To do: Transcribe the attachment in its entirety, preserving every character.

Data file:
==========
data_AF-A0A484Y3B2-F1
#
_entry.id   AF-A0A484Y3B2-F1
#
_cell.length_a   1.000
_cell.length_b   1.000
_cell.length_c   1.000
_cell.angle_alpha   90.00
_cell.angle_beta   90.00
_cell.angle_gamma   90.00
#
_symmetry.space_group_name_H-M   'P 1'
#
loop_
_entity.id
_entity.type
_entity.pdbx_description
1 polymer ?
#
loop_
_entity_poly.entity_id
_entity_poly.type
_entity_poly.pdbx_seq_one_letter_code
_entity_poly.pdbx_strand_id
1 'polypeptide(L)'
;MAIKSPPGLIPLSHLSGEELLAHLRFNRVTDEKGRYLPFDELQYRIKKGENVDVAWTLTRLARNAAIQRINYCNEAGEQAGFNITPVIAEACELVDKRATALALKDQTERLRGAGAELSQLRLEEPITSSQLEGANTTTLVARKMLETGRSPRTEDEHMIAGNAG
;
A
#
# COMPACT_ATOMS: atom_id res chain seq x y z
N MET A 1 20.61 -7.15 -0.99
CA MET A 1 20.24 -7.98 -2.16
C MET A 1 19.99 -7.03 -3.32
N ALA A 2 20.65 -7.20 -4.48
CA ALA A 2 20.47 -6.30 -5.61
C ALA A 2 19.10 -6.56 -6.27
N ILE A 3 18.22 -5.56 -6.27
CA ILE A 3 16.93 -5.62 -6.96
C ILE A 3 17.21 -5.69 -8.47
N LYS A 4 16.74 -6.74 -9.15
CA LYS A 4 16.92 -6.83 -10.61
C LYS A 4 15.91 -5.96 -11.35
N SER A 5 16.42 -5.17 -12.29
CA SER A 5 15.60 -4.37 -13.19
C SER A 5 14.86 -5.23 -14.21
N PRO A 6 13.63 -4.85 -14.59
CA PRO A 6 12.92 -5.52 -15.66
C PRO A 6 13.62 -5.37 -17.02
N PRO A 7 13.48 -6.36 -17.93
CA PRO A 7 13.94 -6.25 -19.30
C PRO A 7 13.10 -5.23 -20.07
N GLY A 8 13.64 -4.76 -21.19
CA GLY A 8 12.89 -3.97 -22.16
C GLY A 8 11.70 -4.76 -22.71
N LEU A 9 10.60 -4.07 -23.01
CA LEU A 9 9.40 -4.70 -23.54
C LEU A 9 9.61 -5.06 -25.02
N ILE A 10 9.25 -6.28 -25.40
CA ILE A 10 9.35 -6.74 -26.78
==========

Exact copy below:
data_AF-A0A484Y3B2-F1
#
_entry.id   AF-A0A484Y3B2-F1
#
_cell.length_a   1.000
_cell.length_b   1.000
_cell.length_c   1.000
_cell.angle_alpha   90.00
_cell.angle_beta   90.00
_cell.angle_gamma   90.00
#
_symmetry.space_group_name_H-M   'P 1'
#
loop_
_entity.id
_entity.type
_entity.pdbx_description
1 polymer ?
#
loop_
_entity_poly.entity_id
_entity_poly.type
_entity_poly.pdbx_seq_one_letter_code
_entity_poly.pdbx_strand_id
1 'polypeptide(L)'
;MAIKSPPGLIPLSHLSGEELLAHLRFNRVTDEKGRYLPFDELQYRIKKGENVDVAWTLTRLARNAAIQRINYCNEAGEQAGFNITPVIAEACELVDKRATALALKDQTERLRGAGAELSQLRLEEPITSSQLEGANTTTLVARKMLETGRSPRTEDEHMIAGNAG
;
A
#
# COMPACT_ATOMS: atom_id res chain seq x y z
N MET A 1 20.61 -7.15 -0.99
CA MET A 1 20.24 -7.98 -2.16
C MET A 1 19.99 -7.03 -3.32
N ALA A 2 20.65 -7.20 -4.48
CA ALA A 2 20.47 -6.30 -5.61
C ALA A 2 19.10 -6.56 -6.27
N ILE A 3 18.22 -5.56 -6.27
CA ILE A 3 16.93 -5.62 -6.96
C ILE A 3 17.21 -5.69 -8.47
N LYS A 4 16.74 -6.74 -9.15
CA LYS A 4 16.92 -6.83 -10.61
C LYS A 4 15.91 -5.96 -11.35
N SER A 5 16.42 -5.17 -12.29
CA SER A 5 15.60 -4.37 -13.19
C SER A 5 14.86 -5.23 -14.21
N PRO A 6 13.63 -4.85 -14.59
CA PRO A 6 12.92 -5.52 -15.66
C PRO A 6 13.62 -5.37 -17.02
N PRO A 7 13.48 -6.36 -17.93
CA PRO A 7 13.94 -6.25 -19.30
C PRO A 7 13.10 -5.23 -20.07
N GLY A 8 13.64 -4.76 -21.19
CA GLY A 8 12.89 -3.97 -22.16
C GLY A 8 11.70 -4.76 -22.71
N LEU A 9 10.60 -4.07 -23.01
CA LEU A 9 9.40 -4.70 -23.54
C LEU A 9 9.61 -5.06 -25.02
N ILE A 10 9.25 -6.28 -25.40
CA ILE A 10 9.35 -6.74 -26.78